Date of Award
Master of Science in Engineering Management
Department of Systems Engineering and Management
Charles A. Bleckmann, PhD
Aircraft deicing is vital to safe operation in cold weather environments. Unfortunately, release of glycol-based aircraft deicing fluids (ADF) to waterways adjacent to airfields poses a significant environmental threat. The deicing fluids used at DoD airfields impart a high biochemical oxygen demand (BOD) when they enter waterways. The currently accepted conventional treatment is collection and transport of ADF-laden storm water to a publicly owned treatment works. The volume and BOD concentrations in the storm water often make this type of treatment impractical. Subsurface flow constructed treatment wetlands have been demonstrated to be effective in attenuating ADF-induced BOD. The models currently used to design and model these types of wetlands focus on simple input-output relationships and do not take underlying processes into account. This study explores the use of a system dynamics modeling method as the basis for a useful design and management tool. The model focuses on simulating storm water flow between defined sections of the wetland and microbial kinetics in each section. Microbial utilization of substrates leads to attenuation in well-designed wetlands. The model exhibits the potential to be a useful tool for this and possibly other applications.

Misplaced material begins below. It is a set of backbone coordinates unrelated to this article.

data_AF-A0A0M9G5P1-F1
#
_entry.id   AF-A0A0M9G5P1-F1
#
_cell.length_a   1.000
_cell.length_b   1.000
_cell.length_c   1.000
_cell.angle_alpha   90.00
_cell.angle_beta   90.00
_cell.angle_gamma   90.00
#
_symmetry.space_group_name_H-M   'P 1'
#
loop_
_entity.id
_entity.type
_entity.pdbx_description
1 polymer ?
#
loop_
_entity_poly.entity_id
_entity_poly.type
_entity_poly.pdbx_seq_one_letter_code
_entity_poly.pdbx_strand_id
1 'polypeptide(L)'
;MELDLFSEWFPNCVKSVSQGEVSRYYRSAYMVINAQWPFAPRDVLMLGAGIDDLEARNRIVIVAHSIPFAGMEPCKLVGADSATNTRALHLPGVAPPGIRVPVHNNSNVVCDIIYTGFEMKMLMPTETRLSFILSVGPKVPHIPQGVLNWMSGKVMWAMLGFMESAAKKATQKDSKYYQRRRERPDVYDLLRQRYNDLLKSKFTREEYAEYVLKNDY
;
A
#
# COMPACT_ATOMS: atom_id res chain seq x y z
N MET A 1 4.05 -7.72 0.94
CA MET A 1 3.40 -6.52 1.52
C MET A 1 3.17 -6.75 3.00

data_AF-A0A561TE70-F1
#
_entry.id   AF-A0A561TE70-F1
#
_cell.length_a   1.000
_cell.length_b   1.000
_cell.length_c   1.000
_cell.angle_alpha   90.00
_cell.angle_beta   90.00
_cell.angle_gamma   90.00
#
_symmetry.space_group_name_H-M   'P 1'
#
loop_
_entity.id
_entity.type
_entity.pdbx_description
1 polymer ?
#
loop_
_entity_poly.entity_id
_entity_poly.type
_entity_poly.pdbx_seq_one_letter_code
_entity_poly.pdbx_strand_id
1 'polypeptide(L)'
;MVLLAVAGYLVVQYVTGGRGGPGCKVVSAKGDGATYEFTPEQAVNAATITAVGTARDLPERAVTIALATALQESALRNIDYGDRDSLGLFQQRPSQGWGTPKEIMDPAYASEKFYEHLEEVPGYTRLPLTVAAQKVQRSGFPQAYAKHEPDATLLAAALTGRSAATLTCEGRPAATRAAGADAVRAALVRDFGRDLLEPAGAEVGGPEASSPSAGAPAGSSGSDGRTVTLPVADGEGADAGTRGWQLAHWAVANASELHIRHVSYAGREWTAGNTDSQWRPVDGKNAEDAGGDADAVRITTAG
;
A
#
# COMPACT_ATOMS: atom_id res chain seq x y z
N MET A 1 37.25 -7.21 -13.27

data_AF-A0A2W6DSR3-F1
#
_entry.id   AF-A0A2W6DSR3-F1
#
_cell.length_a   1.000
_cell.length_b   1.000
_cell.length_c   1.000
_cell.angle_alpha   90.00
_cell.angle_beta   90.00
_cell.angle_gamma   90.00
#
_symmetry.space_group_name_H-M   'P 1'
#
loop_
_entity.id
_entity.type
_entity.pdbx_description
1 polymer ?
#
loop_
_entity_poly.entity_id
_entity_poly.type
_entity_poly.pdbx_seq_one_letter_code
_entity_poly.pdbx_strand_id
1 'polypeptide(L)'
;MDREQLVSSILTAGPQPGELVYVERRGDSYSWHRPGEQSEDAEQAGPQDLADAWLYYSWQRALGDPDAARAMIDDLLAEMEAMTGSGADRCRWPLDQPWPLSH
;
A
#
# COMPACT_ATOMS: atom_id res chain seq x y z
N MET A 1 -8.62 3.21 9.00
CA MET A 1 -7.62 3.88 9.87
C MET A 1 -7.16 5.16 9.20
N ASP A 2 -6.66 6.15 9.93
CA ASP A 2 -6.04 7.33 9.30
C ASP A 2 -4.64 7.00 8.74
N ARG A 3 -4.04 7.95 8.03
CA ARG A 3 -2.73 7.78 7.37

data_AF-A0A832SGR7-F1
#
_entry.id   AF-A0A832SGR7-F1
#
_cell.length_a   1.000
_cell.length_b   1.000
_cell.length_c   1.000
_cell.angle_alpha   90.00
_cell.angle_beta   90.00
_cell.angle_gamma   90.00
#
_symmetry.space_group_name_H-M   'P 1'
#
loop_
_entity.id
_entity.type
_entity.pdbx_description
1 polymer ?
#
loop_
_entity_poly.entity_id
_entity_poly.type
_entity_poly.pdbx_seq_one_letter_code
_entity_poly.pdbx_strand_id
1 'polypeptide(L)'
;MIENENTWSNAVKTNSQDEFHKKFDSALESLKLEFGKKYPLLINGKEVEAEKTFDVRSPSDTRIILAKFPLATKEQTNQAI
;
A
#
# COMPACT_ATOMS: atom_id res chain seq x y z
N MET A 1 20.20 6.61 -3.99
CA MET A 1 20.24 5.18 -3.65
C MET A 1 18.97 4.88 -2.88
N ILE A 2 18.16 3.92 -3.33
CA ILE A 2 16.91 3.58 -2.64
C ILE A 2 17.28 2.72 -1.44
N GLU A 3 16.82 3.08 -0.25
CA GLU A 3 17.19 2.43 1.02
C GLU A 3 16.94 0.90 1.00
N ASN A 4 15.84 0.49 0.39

DTIC Accession Number
McLaughlin, William J., "Modeling of Aircraft Deicing Fluid Induced Biochemical Oxygen Demand in Subsurface-Flow Constructed Treatment Wetlands" (2009). Theses and Dissertations. 2592.